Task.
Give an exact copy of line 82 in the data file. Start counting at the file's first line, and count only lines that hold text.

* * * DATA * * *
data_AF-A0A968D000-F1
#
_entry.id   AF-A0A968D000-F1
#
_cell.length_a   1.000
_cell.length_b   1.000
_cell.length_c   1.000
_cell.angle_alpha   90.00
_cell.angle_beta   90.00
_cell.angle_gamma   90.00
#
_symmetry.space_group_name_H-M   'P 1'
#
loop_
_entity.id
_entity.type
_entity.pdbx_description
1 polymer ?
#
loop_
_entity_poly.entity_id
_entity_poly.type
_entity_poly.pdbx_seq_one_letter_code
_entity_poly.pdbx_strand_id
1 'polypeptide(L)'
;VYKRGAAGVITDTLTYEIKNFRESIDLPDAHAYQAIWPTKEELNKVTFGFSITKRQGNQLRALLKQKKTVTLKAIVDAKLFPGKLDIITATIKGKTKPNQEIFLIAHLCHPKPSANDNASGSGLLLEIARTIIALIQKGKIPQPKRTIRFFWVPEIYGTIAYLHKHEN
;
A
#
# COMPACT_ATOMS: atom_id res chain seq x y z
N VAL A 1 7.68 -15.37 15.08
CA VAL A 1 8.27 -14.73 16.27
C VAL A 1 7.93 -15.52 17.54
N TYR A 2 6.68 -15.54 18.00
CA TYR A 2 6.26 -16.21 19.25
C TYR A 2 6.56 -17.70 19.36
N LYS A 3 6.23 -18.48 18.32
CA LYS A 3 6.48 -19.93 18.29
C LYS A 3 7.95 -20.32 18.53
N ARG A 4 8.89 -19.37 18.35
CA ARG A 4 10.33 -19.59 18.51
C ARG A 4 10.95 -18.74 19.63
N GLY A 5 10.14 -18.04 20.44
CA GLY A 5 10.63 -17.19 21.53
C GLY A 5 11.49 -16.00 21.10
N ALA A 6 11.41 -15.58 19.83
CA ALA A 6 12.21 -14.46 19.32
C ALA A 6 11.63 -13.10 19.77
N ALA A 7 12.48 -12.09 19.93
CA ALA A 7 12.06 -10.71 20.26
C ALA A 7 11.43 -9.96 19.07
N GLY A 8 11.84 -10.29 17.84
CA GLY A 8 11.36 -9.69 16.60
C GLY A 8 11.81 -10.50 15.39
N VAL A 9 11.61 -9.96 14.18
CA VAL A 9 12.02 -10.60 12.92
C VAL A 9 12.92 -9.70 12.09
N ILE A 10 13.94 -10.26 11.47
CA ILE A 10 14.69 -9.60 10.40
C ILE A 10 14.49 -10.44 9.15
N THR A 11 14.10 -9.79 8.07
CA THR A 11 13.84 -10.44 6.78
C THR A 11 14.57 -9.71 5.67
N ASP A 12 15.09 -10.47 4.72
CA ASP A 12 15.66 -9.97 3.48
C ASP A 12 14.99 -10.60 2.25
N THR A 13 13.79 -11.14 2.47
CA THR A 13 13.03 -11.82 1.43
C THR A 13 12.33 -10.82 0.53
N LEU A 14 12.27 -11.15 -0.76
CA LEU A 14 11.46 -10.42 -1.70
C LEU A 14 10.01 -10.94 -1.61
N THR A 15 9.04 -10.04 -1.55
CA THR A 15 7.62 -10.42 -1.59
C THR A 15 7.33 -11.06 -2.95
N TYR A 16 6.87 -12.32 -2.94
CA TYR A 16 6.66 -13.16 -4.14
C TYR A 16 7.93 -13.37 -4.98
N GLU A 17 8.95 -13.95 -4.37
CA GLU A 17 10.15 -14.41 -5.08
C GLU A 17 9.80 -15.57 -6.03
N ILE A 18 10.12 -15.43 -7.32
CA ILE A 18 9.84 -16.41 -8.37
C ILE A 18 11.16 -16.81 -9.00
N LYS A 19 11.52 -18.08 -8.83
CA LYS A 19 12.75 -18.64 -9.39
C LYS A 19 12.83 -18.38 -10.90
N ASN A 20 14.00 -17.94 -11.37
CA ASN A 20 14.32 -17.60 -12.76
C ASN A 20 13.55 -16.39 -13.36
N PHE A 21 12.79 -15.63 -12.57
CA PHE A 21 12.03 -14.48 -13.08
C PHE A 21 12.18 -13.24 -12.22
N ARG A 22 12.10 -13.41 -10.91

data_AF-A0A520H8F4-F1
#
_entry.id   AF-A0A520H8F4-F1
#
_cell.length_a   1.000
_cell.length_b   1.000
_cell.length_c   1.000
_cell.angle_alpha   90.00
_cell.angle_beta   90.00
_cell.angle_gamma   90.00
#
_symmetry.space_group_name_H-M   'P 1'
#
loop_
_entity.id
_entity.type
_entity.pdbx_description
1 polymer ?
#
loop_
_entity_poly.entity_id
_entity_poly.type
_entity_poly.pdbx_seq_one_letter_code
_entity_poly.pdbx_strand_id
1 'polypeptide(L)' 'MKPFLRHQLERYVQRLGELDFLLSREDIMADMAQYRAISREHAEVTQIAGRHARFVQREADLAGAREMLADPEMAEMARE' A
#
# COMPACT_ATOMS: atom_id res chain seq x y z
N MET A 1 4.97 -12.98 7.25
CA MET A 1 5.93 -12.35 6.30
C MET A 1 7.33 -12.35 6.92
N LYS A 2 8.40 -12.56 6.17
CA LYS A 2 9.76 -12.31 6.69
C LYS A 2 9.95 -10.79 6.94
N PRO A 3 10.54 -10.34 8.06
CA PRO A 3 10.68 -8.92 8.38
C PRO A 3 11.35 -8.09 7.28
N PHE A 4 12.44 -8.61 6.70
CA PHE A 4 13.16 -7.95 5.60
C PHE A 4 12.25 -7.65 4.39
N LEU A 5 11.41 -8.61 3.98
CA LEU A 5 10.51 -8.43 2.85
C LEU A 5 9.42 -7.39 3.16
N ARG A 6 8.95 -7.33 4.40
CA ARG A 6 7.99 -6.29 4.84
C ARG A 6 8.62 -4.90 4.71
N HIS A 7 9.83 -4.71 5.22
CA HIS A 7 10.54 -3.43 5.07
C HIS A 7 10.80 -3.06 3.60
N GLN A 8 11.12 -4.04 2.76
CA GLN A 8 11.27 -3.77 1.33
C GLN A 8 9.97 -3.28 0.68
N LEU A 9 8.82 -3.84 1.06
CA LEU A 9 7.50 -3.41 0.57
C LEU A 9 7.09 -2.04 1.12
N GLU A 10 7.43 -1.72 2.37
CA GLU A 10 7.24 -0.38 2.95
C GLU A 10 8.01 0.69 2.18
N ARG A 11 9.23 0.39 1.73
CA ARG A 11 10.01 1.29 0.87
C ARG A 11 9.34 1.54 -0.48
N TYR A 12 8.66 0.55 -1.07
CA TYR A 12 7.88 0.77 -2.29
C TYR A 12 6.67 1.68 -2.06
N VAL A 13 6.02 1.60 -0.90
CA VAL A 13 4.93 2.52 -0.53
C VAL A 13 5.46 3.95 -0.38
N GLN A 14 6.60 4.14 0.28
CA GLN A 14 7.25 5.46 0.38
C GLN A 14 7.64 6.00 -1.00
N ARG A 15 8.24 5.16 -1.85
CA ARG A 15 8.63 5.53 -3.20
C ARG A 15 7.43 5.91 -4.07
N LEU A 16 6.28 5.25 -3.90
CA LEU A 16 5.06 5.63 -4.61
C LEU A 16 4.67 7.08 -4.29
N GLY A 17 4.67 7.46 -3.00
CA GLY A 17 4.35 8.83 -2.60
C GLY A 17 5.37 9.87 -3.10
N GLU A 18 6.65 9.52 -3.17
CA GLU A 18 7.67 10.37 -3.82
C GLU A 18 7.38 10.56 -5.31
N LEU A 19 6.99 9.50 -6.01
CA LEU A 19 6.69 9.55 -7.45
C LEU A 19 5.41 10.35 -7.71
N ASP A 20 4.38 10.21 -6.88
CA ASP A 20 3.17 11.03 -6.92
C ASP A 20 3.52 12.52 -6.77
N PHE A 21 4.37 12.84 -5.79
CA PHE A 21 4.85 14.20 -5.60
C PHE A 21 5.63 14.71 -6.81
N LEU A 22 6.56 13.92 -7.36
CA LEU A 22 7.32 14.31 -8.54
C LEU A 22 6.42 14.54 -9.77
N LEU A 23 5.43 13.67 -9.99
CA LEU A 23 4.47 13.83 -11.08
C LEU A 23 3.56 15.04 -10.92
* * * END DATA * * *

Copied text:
N ILE A 18 10.12 -15.43 -7.32